New guide takes a deep look at protecting student data privacy

11 Apr
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Increased data use has the potential to enhance and expand educational opportunities, but it can also put sensitive student information at risk. To address the concern, the Future of Privacy Forum recently published “The Policymaker’s Guide to Student Data Privacy.”

With data proliferating in school settings — from enrollment numbers to test scores to health and disciplinary records — the FPF finds that effective policies enacted at the local, state and federal levels can mitigate dangerous and costly data collection and privacy risks.

“A loss of autonomy, a stifling of creativity due to feeling surveilled, or even the public revelation of highly sensitive information …. are just some potential consequences of technology misuse, poor data security policies or insufficient privacy controls,” the FPF reports. The sensitive information could range from student academic records to disability status and other personal details.

Nationwide, legislators have passed nearly 120 laws meant to protect student privacy since 2014, including six in California. Not all have had their desired impact. “Despite the best of intentions, some efforts to protect student privacy hamstring students, teachers, and schools with unintended consequences,” said Amelia Vance, director of education privacy at FPF. “Having people on the ground — students, parents, teachers, administrators and ed tech companies — involved in the policymaking process can keep well-intentioned laws from limiting important uses of data and technology in the classroom.”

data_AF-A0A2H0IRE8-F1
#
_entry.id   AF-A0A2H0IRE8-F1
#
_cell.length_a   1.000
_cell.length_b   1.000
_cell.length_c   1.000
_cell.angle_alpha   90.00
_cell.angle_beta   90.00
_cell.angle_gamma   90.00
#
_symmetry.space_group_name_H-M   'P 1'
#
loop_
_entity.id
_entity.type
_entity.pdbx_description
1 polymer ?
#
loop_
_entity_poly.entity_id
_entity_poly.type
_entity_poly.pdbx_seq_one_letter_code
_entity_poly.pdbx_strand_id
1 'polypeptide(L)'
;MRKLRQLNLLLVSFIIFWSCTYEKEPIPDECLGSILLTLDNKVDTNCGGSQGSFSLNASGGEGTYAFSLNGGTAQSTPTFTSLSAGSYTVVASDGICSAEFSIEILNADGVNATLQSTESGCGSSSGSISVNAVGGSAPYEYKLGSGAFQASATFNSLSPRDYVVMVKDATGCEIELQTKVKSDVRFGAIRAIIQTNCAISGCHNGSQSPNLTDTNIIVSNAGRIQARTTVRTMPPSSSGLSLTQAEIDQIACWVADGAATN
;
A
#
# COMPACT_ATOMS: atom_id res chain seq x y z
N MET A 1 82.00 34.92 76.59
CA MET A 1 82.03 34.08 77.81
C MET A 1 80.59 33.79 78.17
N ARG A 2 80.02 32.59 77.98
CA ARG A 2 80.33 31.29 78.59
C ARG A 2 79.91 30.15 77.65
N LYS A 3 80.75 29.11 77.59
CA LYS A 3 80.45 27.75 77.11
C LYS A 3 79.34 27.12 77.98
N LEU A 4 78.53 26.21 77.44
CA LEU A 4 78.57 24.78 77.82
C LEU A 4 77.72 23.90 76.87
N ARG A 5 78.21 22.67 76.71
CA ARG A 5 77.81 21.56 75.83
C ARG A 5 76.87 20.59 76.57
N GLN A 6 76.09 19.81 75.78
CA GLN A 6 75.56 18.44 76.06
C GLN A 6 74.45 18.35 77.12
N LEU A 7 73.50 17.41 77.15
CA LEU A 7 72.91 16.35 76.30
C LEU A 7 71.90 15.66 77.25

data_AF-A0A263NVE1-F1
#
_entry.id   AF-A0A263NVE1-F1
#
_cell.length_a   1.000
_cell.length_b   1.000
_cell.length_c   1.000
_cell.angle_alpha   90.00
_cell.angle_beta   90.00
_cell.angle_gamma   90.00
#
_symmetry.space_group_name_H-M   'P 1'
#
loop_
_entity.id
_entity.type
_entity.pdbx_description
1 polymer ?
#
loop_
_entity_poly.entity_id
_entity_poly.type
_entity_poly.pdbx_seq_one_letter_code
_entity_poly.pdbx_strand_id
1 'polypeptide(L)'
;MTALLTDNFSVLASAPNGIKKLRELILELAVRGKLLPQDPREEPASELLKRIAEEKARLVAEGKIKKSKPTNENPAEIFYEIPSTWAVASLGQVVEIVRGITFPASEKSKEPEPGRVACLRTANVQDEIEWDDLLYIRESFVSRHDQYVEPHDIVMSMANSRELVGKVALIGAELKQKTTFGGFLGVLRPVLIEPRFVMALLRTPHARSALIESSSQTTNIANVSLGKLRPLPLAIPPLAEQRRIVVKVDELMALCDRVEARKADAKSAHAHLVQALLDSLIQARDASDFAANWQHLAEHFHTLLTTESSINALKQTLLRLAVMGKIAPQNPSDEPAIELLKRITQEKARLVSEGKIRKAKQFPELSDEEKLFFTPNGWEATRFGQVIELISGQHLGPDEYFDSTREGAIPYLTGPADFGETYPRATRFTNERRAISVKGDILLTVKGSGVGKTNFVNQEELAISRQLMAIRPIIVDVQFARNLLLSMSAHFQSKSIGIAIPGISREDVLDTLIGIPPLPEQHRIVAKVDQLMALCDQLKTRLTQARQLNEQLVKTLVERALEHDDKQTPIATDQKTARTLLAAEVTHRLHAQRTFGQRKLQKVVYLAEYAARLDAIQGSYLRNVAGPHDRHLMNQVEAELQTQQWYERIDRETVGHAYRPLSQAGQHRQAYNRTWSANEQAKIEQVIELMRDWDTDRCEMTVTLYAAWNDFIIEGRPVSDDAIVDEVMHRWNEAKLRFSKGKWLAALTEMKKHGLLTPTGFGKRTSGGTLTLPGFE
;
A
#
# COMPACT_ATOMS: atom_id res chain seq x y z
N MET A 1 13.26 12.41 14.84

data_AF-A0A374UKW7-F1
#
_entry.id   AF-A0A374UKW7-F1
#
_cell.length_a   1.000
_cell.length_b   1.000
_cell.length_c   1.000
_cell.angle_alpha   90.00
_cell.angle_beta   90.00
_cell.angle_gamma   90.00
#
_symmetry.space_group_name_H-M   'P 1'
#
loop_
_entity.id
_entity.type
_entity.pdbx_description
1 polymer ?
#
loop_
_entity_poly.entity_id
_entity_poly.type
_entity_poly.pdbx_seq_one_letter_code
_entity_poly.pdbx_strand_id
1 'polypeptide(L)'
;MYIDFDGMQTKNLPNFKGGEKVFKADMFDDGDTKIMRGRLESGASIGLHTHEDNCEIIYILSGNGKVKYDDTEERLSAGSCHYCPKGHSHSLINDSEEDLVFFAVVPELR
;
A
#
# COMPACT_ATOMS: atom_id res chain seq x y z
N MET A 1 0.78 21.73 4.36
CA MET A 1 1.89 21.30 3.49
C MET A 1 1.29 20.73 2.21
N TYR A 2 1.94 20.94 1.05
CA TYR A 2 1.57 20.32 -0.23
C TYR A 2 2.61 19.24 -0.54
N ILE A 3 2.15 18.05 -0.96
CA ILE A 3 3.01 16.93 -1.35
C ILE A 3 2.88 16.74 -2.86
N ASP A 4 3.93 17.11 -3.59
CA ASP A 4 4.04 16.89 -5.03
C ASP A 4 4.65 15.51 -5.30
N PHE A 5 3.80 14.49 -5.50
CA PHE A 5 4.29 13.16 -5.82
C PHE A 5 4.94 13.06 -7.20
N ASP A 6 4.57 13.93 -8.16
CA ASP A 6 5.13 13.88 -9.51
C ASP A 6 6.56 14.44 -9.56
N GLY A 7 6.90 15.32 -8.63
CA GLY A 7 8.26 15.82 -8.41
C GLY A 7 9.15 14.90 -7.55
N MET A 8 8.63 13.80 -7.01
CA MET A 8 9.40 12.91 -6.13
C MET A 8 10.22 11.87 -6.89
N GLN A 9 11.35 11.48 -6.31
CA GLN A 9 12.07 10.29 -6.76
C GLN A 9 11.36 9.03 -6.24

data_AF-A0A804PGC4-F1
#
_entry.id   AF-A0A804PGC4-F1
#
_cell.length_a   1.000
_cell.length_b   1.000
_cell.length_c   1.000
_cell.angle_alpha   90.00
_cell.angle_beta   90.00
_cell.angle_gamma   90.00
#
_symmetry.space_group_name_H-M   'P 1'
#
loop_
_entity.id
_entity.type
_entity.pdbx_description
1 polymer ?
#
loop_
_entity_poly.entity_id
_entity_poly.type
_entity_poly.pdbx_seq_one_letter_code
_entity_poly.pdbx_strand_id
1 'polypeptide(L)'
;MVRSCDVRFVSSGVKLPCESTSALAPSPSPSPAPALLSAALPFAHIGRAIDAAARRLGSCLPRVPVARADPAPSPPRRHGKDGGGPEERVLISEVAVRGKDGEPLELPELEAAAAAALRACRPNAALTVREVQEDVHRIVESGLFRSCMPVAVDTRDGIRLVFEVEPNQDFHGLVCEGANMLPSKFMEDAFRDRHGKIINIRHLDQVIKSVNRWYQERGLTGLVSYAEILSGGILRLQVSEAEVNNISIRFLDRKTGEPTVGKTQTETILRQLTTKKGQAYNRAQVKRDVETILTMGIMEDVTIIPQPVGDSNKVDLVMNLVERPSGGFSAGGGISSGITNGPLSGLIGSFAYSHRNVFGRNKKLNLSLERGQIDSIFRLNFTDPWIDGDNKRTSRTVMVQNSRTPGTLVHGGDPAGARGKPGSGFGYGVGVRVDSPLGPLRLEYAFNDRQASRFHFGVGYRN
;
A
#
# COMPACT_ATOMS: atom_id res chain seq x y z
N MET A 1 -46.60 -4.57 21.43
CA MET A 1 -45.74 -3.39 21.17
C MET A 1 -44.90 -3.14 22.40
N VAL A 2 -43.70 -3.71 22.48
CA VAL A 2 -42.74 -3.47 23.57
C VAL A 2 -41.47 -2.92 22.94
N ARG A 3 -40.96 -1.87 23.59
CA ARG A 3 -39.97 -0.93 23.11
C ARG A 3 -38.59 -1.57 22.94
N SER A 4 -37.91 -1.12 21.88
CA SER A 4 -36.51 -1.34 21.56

The organization’s new guide largely answers the following questions:

  • How is student data used?
  • Which federal laws already address student and child privacy?
  • Do general privacy laws address student data?
  • What are common state-level approaches to regulating student data?
  • What are potential issues to consider when drafting student privacy legislation?
  • Which stakeholders should policymakers consult when considering measures to protect student data?
  • Which resources can policymakers use to further evaluate and create student data privacy legislation?

The National School Boards Association, National Association of State Boards of Education and School Superintendents Association were among organizations that served on the resource’s advisory council.

Further resources for board members:

  • CSBA sample board policies on student data and privacy available through Gamut Online. Policies include BP/AR 5022 – Student and Family Privacy Rights; BP/AR 5125 – Student Records; BP/AR/E 5125.1 – Release of Directory Information; BP 5145.13 – Response to Immigration Enforcement and BP 1340 – Access to District Records
  • CSBA blog post, “Report: Cybersecurity incidents, risks growing across the country”
  • NSBA report on legal issues related to protecting student data and suggested best practices, “Data in the Cloud”

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